In 2005, Atlantic Monthly publishes excerpts from American Vertigo, where Lévy predicts the election of Barack Obama in an article entitled “A Black Clinton.” The full text appears the following year in French (Grasset) and English (Random House). Hélène Brenkman becomes the author’s foreign literary agent.
In April 2006, having taken (along with Fred Vargas and others) a staunch position against the extradition to Italy of Cesare Battisti, Lévy publishes and prefaces the former far-left militant’s book, Ma Cavale (On the Run).
In July of the same year, with the outbreak of Israel’s war in Lebanon against Hezbollah, Lévy visits bombed cities in northern Israel, filing dispatches that appear simultaneously in the New York Times Magazine and Le Monde.
In November, he receives the Scopus Award from the Hebrew University of Jerusalem.
In spring 2007, operating under cover in Darfur, Lévy files stories that appear in Le Monde and, like many of his major pieces, in a group of other major European newspapers (including Corriere della Sera, El Mundo, and the Financial Times Magazine).
Returning from Sudan, he takes up the cause of boycotting the Olympic Games in Beijing in light of China’s role in supporting the butchers of Khartoum. Toward this end, in cooperation with François Zimeray (SOS Darfour) and Jackie Mamou (Urgence Darfour), he organizes a major meeting in Paris at which the candidates in France’s 2007 presidential election are invited to speak.
Breaking with some of his closest and longest-running comrades in thought and action, Bernard-Henri Lévy chooses not to support Nicolas Sarkozy and instead endorses Ségolène Royal, the only candidate who took a clear position on the tragedy in Darfur and on what Lévy sees as the drift of Vladimir Putin’s Russia toward the use of Mafia tactics.
In the fall he publishes Ce grand cadavre à la renverse, earning him strong and sometimes violent criticism from the far left, particularly from the movement surrounding Le Monde Diplomatique.
In 2008, Bernard-Henri Lévy is awarded an honorary doctorate from the Hebrew University of Jerusalem. In September, Random House publishes Left in Dark Times, the English version of Ce grand cadavre à la renverse. The book is a Los Angeles Times bestseller and reinforces the author’s standing in the United States.
In August, he travels to Georgia upon the outbreak of the war of secession initiated by Abkhazian and Ossetian separatists and their Russian backers. Again his reports appear in Le Monde and other European newspapers. In the United States his dispatches are published by the Huffington Post, marking the beginning of a regular collaboration with the online newspaper founded by Arianna Huffington.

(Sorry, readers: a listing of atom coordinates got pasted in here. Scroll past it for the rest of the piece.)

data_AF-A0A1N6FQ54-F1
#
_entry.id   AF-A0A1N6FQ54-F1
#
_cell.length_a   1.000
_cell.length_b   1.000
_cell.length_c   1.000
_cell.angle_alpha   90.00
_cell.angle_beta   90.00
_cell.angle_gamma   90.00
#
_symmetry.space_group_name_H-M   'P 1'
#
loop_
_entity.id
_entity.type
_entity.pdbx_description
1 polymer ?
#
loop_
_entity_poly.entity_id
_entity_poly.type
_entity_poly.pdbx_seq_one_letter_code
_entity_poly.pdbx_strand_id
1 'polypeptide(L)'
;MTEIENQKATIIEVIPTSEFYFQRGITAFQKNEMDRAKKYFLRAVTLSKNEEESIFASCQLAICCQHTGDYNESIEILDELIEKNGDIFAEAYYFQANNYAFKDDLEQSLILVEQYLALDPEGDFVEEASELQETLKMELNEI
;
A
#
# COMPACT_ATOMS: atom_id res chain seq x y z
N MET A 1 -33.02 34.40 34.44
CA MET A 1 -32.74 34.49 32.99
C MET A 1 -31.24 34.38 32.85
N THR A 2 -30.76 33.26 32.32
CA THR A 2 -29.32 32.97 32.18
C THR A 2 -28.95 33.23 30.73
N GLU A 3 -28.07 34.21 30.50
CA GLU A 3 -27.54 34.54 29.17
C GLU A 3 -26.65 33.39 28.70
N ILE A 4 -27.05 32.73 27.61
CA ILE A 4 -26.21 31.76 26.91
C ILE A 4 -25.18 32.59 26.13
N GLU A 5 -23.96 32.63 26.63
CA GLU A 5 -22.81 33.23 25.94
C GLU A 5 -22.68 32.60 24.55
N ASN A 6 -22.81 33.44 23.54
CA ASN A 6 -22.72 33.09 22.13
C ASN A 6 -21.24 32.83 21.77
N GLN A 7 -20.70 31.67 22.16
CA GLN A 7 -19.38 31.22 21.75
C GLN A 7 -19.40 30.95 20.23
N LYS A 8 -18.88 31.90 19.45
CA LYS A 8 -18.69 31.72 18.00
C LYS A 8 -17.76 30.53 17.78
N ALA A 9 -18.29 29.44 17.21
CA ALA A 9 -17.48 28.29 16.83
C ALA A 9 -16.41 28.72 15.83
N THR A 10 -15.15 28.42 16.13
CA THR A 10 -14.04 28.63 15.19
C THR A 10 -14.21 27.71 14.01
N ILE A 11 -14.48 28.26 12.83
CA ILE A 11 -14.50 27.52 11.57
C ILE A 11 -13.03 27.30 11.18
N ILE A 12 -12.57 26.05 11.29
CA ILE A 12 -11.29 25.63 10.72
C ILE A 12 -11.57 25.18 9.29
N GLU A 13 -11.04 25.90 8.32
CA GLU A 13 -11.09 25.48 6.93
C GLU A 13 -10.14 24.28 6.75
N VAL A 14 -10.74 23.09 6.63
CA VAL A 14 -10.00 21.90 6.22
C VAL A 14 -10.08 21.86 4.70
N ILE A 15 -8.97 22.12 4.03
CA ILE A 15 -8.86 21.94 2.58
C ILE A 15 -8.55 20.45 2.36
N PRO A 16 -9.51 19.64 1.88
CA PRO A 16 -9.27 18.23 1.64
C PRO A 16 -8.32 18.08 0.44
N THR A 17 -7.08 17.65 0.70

In October, Flammarion and Grasset co-publish Lévy’s correspondence with Michel Houellebecq under the title, Ennemis Publics. The book sells 70,000 copies in French and is later published in English as Public Enemies (Random House).
In 2009, Bernard-Henri Lévy travels to Tel Aviv and the Israeli cities targeted by Hamas’s rocket and mortar attacks.
In June of the same year he pens numerous articles, appeals, and calls for solidarity with Iranians struggling for democracy and demanding an honest recount of the election that returned to power the man he calls “nonelected president Ahmadinejad.”
Bernard-Henri Lévy launches a reconfiguration of La Règle du Jeu with a Web presence (laregledujeu.org). Maria de França assumes editorial responsibilities for both formats from Gilles Hertzog. In June, Lévy is elected to a fifth consecutive term as chairman of the advisory council of Arte-France.
From the moment Roman Polanski is arrested at the Zurich airport, Bernard-Henri Lévy embraces the cause of the director. Soon joined by Alain Finkielkraut, he issues an international petition of support for the director of Tess. Among the first signers of the petition are Isabelle Adjani, Milan Kundera, Pascal Bruckner, and Salman Rushdie.
In October 2009, Lévy returns to Afghanistan, visiting Surobi and Kapisa provinces. His eyewitness report (Le Point, 9 September 2009) is less alarmist than those of other observers.
Lévy spends more and more time in New York, where he appears regularly on the talk shows of Charlie Rose and Fareed Zakaria. At the end of November, the prestigious American journal, Foreign Policy, ranks Lévy thirty-first in its list of the world’s one hundred most influential people. His is the first French name to appear in a list that includes Barack Obama, Ben Bernanke, Zhou Xiaochuan, and Bill Gates.
In 2010, Bernard-Henri Lévy publishes two books simultaneously. De la Guerre en philosophie, the text of a lecture delivered at the Ecole Normale Supérieure on 6 April 2009, and Pièces d’identité, a collection of essays focusing particularly on his theoretical explorations of Jewish thought.
With La Règle du Jeu, he launches an international campaign on behalf of Sakineh Mohammadi Ashtiani.